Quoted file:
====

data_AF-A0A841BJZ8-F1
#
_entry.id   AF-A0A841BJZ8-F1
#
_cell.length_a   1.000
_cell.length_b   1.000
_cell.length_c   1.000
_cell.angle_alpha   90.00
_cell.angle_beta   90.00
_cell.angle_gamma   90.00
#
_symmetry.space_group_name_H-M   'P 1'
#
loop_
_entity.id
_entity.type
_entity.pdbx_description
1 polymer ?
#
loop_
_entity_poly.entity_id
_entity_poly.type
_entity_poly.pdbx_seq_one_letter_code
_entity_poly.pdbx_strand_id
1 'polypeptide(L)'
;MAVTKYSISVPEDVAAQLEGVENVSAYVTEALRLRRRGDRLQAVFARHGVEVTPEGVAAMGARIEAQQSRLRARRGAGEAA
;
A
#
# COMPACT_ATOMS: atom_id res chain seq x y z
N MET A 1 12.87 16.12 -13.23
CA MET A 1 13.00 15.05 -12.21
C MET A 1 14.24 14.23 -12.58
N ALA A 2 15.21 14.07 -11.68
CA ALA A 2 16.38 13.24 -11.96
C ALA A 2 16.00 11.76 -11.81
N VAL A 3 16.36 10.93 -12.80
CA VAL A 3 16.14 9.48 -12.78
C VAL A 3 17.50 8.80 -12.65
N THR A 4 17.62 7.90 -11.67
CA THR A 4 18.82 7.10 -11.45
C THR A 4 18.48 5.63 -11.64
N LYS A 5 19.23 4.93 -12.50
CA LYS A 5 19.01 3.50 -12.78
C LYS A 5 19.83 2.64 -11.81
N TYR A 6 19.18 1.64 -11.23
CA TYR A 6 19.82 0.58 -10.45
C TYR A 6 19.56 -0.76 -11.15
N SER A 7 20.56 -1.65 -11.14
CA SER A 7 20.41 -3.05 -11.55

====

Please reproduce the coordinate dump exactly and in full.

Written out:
data_AF-A0A841BJZ8-F1
#
_entry.id   AF-A0A841BJZ8-F1
#
_cell.length_a   1.000
_cell.length_b   1.000
_cell.length_c   1.000
_cell.angle_alpha   90.00
_cell.angle_beta   90.00
_cell.angle_gamma   90.00
#
_symmetry.space_group_name_H-M   'P 1'
#
loop_
_entity.id
_entity.type
_entity.pdbx_description
1 polymer ?
#
loop_
_entity_poly.entity_id
_entity_poly.type
_entity_poly.pdbx_seq_one_letter_code
_entity_poly.pdbx_strand_id
1 'polypeptide(L)'
;MAVTKYSISVPEDVAAQLEGVENVSAYVTEALRLRRRGDRLQAVFARHGVEVTPEGVAAMGARIEAQQSRLRARRGAGEAA
;
A
#
# COMPACT_ATOMS: atom_id res chain seq x y z
N MET A 1 12.87 16.12 -13.23
CA MET A 1 13.00 15.05 -12.21
C MET A 1 14.24 14.23 -12.58
N ALA A 2 15.21 14.07 -11.68
CA ALA A 2 16.38 13.24 -11.96
C ALA A 2 16.00 11.76 -11.81
N VAL A 3 16.36 10.93 -12.80
CA VAL A 3 16.14 9.48 -12.78
C VAL A 3 17.50 8.80 -12.65
N THR A 4 17.62 7.90 -11.67
CA THR A 4 18.82 7.10 -11.45
C THR A 4 18.48 5.63 -11.64
N LYS A 5 19.23 4.93 -12.50
CA LYS A 5 19.01 3.50 -12.78
C LYS A 5 19.83 2.64 -11.81
N TYR A 6 19.18 1.64 -11.23
CA TYR A 6 19.82 0.58 -10.45
C TYR A 6 19.56 -0.76 -11.15
N SER A 7 20.56 -1.65 -11.14
CA SER A 7 20.41 -3.05 -11.55